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December 11, 2011 - December 17, 2011
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Posts from December 18, 2011 - December 24, 2011

What I Want as a Holiday Present This Year (Wishful Thinking)

In looking at the technology landscape here's what I want for holiday present:

1) The end of security being the excuse not to adopt something. Over the past 11 years I have seen more great ideas and growth stymied under the guise of "security" being the issue. 

2) Standards really being standards. If you use the standard, don't limit what can be done using it.

3) Skype VoiceMail that's really voicemail. Just add client YouMail.

4) The ability to transfer a call in Skype on the Mac. Why do Windows users have all the fun?

5) Skype to realize and get out of the denial mode that there Windows approach may have been good to get bought but that their 2.x era Mac client was a better experience.

6) Android OS' to migrate up with each new version, and to be like Apple, and work on devices up to two years old. All devices.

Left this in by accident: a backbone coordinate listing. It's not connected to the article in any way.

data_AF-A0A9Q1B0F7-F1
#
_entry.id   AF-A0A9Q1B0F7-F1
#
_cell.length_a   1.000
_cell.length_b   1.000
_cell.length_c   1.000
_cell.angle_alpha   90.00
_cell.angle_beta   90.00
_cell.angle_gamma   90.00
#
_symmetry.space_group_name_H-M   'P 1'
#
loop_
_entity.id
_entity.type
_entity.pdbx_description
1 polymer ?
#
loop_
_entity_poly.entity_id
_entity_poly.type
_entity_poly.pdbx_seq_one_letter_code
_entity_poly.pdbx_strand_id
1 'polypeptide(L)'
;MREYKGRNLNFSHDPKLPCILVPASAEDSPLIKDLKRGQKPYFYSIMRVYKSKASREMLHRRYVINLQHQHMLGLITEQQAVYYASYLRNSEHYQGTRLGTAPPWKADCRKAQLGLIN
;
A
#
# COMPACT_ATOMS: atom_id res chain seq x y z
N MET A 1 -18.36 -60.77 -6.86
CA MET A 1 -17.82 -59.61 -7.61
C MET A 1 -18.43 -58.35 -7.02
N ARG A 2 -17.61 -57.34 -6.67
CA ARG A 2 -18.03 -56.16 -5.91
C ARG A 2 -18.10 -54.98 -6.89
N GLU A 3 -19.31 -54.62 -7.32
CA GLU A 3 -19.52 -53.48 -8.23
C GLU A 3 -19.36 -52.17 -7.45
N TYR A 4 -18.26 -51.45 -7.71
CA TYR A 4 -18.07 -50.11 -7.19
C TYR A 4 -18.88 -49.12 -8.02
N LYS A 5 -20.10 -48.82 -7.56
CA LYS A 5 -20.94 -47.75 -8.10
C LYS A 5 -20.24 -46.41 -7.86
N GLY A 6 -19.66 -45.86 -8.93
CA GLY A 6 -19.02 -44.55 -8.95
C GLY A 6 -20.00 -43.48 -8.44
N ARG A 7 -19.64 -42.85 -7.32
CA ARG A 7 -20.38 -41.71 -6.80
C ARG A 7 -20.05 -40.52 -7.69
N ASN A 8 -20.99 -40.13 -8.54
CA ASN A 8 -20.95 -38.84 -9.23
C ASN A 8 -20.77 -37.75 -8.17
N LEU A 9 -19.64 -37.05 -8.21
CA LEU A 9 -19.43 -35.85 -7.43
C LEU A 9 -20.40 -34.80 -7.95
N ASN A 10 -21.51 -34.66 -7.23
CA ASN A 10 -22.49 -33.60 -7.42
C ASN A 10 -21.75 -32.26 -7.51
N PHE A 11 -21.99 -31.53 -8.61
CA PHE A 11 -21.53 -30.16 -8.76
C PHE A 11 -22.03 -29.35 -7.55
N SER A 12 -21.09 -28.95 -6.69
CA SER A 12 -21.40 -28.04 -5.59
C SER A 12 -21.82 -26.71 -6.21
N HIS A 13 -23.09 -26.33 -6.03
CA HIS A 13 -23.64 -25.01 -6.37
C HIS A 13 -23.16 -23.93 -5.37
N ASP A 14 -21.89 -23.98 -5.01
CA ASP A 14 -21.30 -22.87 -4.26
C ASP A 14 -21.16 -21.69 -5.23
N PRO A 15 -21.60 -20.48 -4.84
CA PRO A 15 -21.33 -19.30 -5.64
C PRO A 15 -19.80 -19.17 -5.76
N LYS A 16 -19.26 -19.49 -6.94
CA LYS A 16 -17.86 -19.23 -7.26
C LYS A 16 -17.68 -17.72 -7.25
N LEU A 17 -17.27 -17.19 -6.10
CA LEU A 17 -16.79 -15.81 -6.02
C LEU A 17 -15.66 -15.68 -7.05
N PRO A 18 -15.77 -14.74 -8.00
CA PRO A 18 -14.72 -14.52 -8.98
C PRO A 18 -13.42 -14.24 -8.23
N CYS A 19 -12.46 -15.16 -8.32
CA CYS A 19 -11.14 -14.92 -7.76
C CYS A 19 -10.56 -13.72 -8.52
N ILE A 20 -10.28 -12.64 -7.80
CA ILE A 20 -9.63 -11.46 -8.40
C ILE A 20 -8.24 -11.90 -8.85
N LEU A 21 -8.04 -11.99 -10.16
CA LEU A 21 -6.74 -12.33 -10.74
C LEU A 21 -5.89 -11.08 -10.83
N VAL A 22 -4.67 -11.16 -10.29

7) More Apple users. Easier reduces barriers to adoption.

8) End of geek centric customer service. Email is not problem solving. It's time consuming. If I paid for the product or service and there's a problem, I want a real time solution at least 6 AM-6 PM Eastern/Central/Mountain and Pacific Time in the USA and elsewhere.

9) Public hotspot WiFi that works. Bandwidth to support demand in public. An experience that's worth paying for.

10) Microsoft Office for the iPad. Office for the Android. Office for the Playbook. Let's face it despite Google Apps, people are still using office. 


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Log Me In Takes Aim at Citrix Go To Meeting

LogMeInImage via Wikipedia

Already a competitor to Citrix in the GoTo category of support tools with LogMeIn Rescue and LogMeIn as a remote desktop service that gets around firewalls nicely, the folks at LogMeIn are now taking aim at GoToMeeting, GoToTraining, GoToWebinar and of course HiDef Conferencing with the news of VoIP support for Join.Me, a novel, easy to use screen sharing service that offers annual and monthly plans.

The VoIP support is rumored to be coming from TurboBridge, an upstart in audio conferencing out of the Washington, D.C. area. TurboBridge offers Skype, SIP and dial up access from all over the globe, and at monthly rates that can only be viewed as purely "disruptive."